The vast majority of the college men I encounter are good and decent guys who can simultaneously represent the negative extreme. They make good grades, they are involved on campus, and they are scholars in their field. But these same guys also let loose by drinking in excess, hooking up, engaging in risky behavior, and playing video games for hours on end.
They live dual lives—their academic life and their social life. They live dual masculinities—the harder more destructive masculinity they perform to gain respect and admiration from their peers and the healthier more self-aware masculinity that they may exhibit only with friends, family or during times of crisis. I have even heard some refer to this behavioral dichotomy as “balance.” I cringe at that.
Today’s college man is coming of age in an era with competing road maps, blurry blue prints, and past-tense primers to educate him on what a man is or how to become one. As a result, millennial men often struggle to find balance as they navigate the college environment and all their new-found responsibility and freedom. Volunteers, alumni, fathers and brothers have an obligation to offer a clearer roadmap for our current and future brothers that enables them to graduate and become balanced men. Let’s look at some characteristics of our college men today and how we are serving them.
Academic struggles that plague some males in high school are often compounded once they get to college. Also, many men who excel in high school can have more difficulty than their female counterparts adjusting to college. Researchers have found that college men study less, are more likely to miss class, come unprepared, and did not complete their homework or turn it in late. They also note that women now earn the overwhelming majority of campus academic honors and achieve higher scores on standardized tests than their male counterparts.
Men are more likely than women to get suspended for bad grades and to leave school before they graduate.
The Balanced Man Program’s strong emphasis on academics and balance can also serve to counteract the crisis among college men. Chapters that operate the BMP properly provide a structured support system with multi-level mentoring, programming geared toward acclimation to college, and progressive development opportunities.
SigEp introduced the Residential Learning Community concept in order to help change the culture of our chapters and emphasize true balance and elevate academics to the top priority. Our RLC chapters have the highest academic performance in the Fraternity because of that culture of excellence.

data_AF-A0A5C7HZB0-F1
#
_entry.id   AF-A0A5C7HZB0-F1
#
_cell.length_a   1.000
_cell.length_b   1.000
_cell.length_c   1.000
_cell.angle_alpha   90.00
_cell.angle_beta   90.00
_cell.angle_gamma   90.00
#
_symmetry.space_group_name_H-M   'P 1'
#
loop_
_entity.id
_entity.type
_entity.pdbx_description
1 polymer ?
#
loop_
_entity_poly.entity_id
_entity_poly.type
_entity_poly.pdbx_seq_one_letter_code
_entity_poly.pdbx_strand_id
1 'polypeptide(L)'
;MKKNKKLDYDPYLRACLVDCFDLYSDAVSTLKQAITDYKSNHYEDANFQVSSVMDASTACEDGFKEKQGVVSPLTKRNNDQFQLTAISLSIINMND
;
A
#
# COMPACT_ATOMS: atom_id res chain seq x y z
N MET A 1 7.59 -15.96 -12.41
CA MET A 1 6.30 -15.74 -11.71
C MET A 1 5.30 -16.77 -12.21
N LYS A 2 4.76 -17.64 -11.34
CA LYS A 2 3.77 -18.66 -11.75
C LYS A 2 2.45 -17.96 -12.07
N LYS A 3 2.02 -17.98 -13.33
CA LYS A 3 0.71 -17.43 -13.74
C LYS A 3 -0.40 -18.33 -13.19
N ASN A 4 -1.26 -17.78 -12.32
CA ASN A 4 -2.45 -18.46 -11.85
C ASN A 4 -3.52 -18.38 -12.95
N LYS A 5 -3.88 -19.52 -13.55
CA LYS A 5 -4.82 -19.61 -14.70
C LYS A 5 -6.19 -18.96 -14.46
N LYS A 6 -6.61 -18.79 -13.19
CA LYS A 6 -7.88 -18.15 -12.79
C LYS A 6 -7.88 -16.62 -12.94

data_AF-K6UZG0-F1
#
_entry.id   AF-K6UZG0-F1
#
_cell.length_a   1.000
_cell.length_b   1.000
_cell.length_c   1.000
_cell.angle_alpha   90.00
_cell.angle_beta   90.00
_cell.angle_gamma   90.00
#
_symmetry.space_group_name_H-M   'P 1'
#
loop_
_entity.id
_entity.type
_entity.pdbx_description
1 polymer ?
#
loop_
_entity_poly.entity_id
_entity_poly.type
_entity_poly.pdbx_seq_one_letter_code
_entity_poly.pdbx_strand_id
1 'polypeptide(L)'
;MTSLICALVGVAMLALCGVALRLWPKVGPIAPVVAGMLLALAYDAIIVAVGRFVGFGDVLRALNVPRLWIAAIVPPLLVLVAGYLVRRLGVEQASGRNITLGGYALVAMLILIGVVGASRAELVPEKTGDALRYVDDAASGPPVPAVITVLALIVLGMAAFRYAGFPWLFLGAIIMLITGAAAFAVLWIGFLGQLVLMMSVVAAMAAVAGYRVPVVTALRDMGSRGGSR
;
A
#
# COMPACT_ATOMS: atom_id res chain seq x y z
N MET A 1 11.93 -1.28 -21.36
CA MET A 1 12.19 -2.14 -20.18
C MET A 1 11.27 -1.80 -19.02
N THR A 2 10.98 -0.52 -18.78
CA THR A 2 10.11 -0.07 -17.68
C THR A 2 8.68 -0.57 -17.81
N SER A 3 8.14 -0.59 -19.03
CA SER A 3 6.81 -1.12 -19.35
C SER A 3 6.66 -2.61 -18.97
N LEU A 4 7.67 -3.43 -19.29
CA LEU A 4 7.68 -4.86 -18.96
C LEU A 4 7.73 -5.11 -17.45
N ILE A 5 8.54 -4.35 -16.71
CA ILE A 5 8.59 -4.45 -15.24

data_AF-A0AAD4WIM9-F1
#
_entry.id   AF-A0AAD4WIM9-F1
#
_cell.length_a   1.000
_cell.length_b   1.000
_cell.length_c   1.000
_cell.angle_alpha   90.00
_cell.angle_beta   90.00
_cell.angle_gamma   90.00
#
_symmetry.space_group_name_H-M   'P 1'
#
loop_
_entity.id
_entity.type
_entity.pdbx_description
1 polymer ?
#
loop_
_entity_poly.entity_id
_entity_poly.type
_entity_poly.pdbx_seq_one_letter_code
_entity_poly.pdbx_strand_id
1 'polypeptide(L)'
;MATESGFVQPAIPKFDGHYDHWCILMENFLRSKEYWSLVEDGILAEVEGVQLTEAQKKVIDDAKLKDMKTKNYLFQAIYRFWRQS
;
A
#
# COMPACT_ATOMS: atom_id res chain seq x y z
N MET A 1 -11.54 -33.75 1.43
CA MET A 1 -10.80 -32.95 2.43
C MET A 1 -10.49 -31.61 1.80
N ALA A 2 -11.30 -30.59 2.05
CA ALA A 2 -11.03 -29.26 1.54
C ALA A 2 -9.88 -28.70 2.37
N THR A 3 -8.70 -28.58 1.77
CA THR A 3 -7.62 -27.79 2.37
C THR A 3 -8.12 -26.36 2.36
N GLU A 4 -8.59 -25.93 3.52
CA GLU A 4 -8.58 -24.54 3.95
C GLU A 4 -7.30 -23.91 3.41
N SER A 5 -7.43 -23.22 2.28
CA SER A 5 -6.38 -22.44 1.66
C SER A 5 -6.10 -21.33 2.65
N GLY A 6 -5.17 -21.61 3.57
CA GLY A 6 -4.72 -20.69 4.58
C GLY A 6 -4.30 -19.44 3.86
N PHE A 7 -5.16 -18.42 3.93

The millennial male was raised by a parent distinctive from past generations. This “helicopter parent” is highly involved in every aspect of their son’s life from helping with class selection and majors to making sure he is up for class each morning. But this comes at a price. These students have trouble coping with the demands of life. The more their parents are involved in schoolwork and selection of college majors, the less satisfied their kids feel with their college lives.
SigEp chapters can provide committed peers, live-in mentors and multiple advisors who guide men in discovering their own path, which also involves mistakes, failures and regrets.
The college social scene, complete with large parties and underage drinking, hasn’t changed much in a generation. Risky and dangerous behaviors and activities accompany men’s drinking. Research has found that fraternity men experience many more problems as a consequence of their drinking compared to non-fraternity men, including: hangovers, behavior they regret, missing class, falling behind in school work, arguing with friends, engaging in unplanned sexual activity and damaging property.
Strong chapters and Residential Learning Communities provide a more balanced living environment. SigEp has one of the lowest levels of risk among fraternities in the country according to our insurance carrier. A great deal of that comes from our chapter leaders knowing how to focus on safe environments. We need to “keep the social in social fraternity.” However, we need to understand that social doesn’t mean a raging party. It means social in its most basic form: interaction that establishes connections and relationships.
New research shows that the millennial male is at increased risk because he doesn’t take healthful action on his own behalf. These include healthy eating, self-examinations for cancer; and safe measures related to driving, sleep and exercise. College men’s self-reliance and denial of pain can deter them from asking for help when they need it.
A committed core of close friends can be the key to a college male acknowledging when he can’t overcome something on his own. SigEp’s emphasis on a sound body helps elevate consciousness about health and fitness. SigEp challenges brothers to see a sound body as not just working out, but rather a more balanced and holistic philosophy of physical well-being: eating healthy, drinking responsibly, not taking drugs, obtaining proper medical care and pursuing fitness.
Thomas Jelke, Ph.D., Florida International ’90, also contributed to this article. McKee is director of student involvement and leadership at Transylvania University. Jelke is a member of SigEp’s National Board of Directors and a higher education consultant.
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